State environmental officials yesterday relaxed their warning about eating fish caught in the upper Potomac River, saying there have been "substantial decreases" in dioxin contamination downstream from the Westvaco Corp. paper mill in Luke.
The move was immediately criticized by environmentalists, who contend that Maryland's limits on dioxin, a suspected human carcinogen, are too lax.
Citing new sampling results, the Maryland Department of the Environment dropped its nearly 2-year-old advice to limit consumption of bass and most other surface-feeding sport fish caught in the 40-mile stretch of the Potomac between Luke and Paw Paw, W.Va.
Fishermen are still being urged to avoid eating any bottom-feeding fish, such as channel catfish or bullheads, and to eat no more than 14 meals of sunfish in a year. Bottom-feeding fish are suspect because dioxin is concentrated in the mud of the riverbed.
No sunfish were caught for testing, and the advisory on them has not been eased.
Sampling of fish in the river last year below Westvaco revealed that dioxin levels in fish tissue have dropped considerably since June 1990, when the state first issued its health advisory. That warning came after unacceptable levels of dioxin were discovered in the skin and fatty tissue of fish caught there.
In the latest fish samples, taken in May and October, none of the sport fish contained detectable levels of dioxin, according to a statement issued by Environment Secretary Robert Perciasepe.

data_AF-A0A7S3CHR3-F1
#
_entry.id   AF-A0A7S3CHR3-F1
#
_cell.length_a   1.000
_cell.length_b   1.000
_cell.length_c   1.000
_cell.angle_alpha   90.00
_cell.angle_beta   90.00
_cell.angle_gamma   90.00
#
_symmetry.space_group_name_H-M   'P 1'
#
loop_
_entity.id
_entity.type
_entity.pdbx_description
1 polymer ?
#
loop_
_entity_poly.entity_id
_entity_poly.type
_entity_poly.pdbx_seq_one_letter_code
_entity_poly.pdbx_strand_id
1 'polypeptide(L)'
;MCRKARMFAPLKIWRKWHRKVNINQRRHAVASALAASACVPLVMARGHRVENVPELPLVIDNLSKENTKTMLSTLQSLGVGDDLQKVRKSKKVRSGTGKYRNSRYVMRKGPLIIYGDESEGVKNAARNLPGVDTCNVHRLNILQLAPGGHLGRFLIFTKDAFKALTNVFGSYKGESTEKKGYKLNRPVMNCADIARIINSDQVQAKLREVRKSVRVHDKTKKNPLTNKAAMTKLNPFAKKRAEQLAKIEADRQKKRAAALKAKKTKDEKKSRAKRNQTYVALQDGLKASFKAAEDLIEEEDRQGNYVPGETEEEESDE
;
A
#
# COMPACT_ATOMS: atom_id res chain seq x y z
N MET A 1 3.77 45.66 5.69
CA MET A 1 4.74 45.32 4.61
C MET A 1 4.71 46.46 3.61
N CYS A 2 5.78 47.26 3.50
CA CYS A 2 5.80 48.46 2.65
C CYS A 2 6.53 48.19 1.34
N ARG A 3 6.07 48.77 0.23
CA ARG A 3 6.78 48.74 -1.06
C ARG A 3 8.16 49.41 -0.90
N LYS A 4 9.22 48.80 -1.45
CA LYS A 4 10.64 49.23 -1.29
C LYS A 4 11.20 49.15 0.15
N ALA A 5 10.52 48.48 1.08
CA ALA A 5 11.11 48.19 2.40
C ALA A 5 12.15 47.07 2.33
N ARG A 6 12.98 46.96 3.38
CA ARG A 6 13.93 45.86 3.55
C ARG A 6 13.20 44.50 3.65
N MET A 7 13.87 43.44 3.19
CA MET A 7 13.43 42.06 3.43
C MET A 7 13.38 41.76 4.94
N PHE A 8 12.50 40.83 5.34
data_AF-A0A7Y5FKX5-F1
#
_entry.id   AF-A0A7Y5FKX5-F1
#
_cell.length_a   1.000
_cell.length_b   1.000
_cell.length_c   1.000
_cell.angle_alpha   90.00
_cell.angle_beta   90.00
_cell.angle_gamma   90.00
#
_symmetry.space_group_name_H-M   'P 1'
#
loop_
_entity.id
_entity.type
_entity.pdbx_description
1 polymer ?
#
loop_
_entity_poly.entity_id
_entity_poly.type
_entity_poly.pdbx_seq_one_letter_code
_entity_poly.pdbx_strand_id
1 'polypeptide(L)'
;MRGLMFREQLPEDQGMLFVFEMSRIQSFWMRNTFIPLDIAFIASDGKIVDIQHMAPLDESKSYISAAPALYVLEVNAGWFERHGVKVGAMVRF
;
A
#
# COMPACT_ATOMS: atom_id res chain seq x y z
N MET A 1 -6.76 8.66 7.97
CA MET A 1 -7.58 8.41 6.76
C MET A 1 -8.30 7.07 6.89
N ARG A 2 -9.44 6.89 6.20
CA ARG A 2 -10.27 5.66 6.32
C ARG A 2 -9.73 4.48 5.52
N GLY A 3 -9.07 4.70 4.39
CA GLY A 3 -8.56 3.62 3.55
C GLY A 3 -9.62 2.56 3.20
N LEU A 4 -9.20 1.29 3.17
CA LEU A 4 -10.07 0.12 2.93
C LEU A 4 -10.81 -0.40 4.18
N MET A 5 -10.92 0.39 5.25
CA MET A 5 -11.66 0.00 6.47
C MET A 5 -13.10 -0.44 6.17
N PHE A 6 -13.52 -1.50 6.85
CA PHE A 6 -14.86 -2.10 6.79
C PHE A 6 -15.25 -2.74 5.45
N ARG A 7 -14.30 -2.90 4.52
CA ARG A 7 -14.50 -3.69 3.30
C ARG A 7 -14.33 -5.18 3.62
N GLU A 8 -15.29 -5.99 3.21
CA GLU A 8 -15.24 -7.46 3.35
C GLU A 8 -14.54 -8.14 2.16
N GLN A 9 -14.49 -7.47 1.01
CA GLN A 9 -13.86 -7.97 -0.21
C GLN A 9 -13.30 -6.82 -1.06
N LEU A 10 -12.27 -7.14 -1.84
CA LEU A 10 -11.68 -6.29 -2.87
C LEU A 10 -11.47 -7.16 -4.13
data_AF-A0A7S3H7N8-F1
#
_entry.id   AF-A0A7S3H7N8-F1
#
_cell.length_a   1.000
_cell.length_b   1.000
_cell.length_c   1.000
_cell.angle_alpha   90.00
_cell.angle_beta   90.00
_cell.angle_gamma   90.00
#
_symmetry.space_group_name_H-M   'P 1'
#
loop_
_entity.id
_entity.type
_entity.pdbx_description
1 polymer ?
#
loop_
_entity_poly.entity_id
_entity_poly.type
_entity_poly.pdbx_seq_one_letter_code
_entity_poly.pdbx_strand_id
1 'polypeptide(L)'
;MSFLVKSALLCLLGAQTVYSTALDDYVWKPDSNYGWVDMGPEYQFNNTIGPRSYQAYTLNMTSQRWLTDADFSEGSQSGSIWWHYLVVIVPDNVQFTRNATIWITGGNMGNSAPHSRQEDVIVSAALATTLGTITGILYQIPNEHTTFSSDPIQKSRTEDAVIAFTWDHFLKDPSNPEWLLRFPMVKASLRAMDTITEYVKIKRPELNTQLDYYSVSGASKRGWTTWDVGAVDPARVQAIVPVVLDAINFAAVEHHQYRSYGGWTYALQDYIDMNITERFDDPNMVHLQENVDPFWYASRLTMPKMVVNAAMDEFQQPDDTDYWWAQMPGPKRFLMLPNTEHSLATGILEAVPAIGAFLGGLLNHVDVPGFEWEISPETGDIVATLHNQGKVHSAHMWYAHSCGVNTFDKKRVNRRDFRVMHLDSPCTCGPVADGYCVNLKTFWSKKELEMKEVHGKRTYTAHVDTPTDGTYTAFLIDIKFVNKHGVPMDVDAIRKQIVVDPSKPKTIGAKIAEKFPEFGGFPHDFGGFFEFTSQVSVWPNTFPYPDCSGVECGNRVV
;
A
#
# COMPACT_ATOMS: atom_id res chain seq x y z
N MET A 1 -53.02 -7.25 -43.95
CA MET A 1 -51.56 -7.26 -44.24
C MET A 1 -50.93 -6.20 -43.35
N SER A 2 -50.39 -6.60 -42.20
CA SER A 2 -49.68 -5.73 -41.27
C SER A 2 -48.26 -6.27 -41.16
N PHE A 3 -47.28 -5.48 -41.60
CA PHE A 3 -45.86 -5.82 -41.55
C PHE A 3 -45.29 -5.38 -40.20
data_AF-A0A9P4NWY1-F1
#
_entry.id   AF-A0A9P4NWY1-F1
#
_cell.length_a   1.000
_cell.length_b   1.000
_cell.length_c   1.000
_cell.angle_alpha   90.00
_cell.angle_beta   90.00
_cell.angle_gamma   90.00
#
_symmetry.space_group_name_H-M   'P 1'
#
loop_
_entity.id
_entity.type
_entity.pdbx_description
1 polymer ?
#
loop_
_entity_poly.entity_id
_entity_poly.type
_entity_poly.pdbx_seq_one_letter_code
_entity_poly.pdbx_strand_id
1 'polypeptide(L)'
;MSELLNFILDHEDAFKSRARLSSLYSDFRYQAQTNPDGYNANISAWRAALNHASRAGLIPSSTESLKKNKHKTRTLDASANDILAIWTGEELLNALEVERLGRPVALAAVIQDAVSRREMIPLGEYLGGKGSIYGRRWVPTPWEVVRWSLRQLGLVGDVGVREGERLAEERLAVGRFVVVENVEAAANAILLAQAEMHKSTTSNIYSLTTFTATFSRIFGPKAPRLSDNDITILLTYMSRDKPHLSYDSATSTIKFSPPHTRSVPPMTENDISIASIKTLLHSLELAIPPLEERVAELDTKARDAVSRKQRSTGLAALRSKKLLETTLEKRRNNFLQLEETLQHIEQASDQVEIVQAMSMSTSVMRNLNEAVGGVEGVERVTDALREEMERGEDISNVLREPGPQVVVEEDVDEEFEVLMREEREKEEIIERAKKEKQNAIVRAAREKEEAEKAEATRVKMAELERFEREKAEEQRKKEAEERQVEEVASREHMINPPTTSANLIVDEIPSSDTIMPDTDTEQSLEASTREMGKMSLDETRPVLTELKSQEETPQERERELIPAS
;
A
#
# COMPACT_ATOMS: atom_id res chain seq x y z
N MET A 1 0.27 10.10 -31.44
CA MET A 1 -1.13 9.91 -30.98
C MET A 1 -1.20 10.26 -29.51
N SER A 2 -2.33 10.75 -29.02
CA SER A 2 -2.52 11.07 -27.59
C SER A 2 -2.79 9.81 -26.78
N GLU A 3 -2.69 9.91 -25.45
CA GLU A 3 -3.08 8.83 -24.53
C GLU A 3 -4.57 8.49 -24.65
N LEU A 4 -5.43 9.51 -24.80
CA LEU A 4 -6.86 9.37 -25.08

The sampling was conducted by a laboratory hired by Westvaco, but it followed procedures set by the state, environmental officials said.
Dioxin is a common byproduct of using chlorine in the paper bleaching process. But Westvaco, after making $15 million in modifications to the Luke mill, has reduced the amount of dioxin in its wastewater by more than 90 percent since 1988. The chemical has not been detectable in the plant's discharge into the Potomac since late 1989.
David Bailey, a lawyer with the Environmental Defense Fund in Washington, called the easing of Maryland's fish advisory "absurd."
Five environmental groups, including the Environmental Defense Fund, filed suit last year challenging the Environmental Protection Agency's approval of dioxin pollution limits set by Maryland and Virginia. The groups contend the states should not allow 100 times more dioxin to be discharged into rivers and streams than the EPA recommends.
The dioxin standard in Maryland and Virginia is 1.2 parts of the chemical per quadrillion parts of water. A quadrillion is 1,000 billion. EPA guidelines recommend a limit of 0.013 parts per quadrillion.